Central booking relocation could cost much more than initially thought

Matt Enright
York Dispatch

If York County wants to move Central Booking to York County Prison, it's going to cost much more than anticipated.

The commissioners will consider approving four contracts relating to the proposed move to the prison, adding up to more than $5.7 million, at their meeting Wednesday .

While the cost is much higher than the anticipated $3.3 million that had been outlined earlier, county engineer John Klinedinst said that was mainly due to the high cost of contracting and supply chain issues.

"The scope changed a little bit in the design area, but it's mostly just an increase in the cost of bidding where supply chain is a problem and the number of contractors is still a problem," Klinedinst said Tuesday.

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Klinedinst said the changes to the project from the design phase included expanding an office area and adding other projects, including building a women's locker room and expanding an armory.

"Every time you go from a study where you're just looking at 'Is there enough square footage' and 'What are the estimated costs per square foot of renovating that' to getting into the design, you find things that you didn't know," Klinedinst said.

An example of that, Klinedinst said, was relocating storm sewer and water lines because the project would add a garage.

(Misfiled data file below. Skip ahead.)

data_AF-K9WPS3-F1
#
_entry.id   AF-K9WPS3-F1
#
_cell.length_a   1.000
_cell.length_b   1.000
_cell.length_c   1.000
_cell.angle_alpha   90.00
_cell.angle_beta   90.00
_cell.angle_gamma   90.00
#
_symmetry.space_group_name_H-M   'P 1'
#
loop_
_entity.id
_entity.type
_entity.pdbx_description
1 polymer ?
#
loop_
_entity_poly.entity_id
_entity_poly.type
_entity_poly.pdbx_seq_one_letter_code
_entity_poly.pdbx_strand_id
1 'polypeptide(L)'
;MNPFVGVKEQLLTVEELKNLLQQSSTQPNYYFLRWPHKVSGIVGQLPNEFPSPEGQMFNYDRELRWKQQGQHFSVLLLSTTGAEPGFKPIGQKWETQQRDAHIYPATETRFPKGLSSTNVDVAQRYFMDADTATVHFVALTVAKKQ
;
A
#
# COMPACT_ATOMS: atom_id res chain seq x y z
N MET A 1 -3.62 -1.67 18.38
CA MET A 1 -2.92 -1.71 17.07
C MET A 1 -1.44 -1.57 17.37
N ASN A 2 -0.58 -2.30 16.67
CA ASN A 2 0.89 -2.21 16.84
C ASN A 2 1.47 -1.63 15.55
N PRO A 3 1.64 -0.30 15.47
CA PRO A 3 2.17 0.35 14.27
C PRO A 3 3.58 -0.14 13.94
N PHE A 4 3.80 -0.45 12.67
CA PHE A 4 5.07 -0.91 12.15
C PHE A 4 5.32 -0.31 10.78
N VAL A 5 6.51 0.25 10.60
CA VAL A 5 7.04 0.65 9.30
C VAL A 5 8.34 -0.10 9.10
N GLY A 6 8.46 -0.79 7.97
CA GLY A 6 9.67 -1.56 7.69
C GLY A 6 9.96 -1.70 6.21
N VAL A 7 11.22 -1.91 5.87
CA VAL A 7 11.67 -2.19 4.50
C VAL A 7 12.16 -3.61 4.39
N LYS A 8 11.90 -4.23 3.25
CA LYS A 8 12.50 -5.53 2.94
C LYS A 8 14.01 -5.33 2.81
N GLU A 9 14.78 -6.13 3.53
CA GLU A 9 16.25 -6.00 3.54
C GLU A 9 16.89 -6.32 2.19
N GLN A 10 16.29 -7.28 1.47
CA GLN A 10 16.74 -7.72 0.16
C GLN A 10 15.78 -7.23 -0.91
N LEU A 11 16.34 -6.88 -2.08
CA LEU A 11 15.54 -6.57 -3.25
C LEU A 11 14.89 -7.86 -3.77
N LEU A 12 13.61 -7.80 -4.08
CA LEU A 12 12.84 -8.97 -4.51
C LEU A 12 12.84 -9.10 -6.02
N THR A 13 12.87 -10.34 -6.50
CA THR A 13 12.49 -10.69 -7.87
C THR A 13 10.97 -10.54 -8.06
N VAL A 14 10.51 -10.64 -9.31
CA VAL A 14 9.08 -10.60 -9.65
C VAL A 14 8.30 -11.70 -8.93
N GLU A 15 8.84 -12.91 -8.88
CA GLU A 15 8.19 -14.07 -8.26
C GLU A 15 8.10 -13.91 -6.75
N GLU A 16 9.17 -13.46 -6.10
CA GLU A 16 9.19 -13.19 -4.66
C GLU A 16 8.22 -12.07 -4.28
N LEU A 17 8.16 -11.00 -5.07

If approved, the contracts are as follows:

  • East Coast Contracting Inc. of New Cumberland will receive $3.44 million for general construction.
  • DM Electric of York will receive $721,000 for electrical construction.
  • Frey Lutz of Lancaster will receive $959,500 for HVAC construction.
  • Jay R. Reynolds of Willow Street, Lancaster County, will receive $646,900 for plumbing construction.

Reached Tuesday, Commissioner Doug Hoke said he wanted to get an explanation from Klinedinst.

"I got it, I read it and I'm going to ask John tomorrow to explain," Hoke said Tuesday. "I'm not going to say no, but I'm certainly open to it but just want to hear the explanation about the cost."

Commissioner Ron Smith said he still supports the move.

"At the end of the day, I'm very comfortable with it," Smith said Tuesday. "It's going to put law enforcement back on the street, and that's one of the driving forces behind why Central Booking is getting moved to the prison."

Reached Tuesday, President Commissioner Julie Wheeler said she continues to support the project.

Proponents have said moving Central Booking from its current location in the York County Judicial Center in York City to the prison in Springettsbury Township will help save time and money. Currently, if someone who's arrested has a medical issue, they must be transported to a hospital and cleared before they can be booked, which can take hours and cause the arresting officer to have to stay with them. If Central Booking is relocated to the prison, that medical examination can happen on site.

Klinedinst said in the original study, there was a warning about the volatility of bidding and costs.

"We were hoping it had started to stabilize, but it didn't," Klinedinst said. "It's a substantial increase, but it's still a valid project," Klinedinst said.

All four contracts are integral to the Central Booking contract and must be approved together, Klinedinst said.

The York County Board of Commissioners meets at 10 a.m. in the second-floor meeting room of the York County Administrative Center, 28 East Market St., York. To watch the meeting online, visit the commissioners' YouTube page at https://www.youtube.com/@yorkcountypa1749_Commissioners/streams.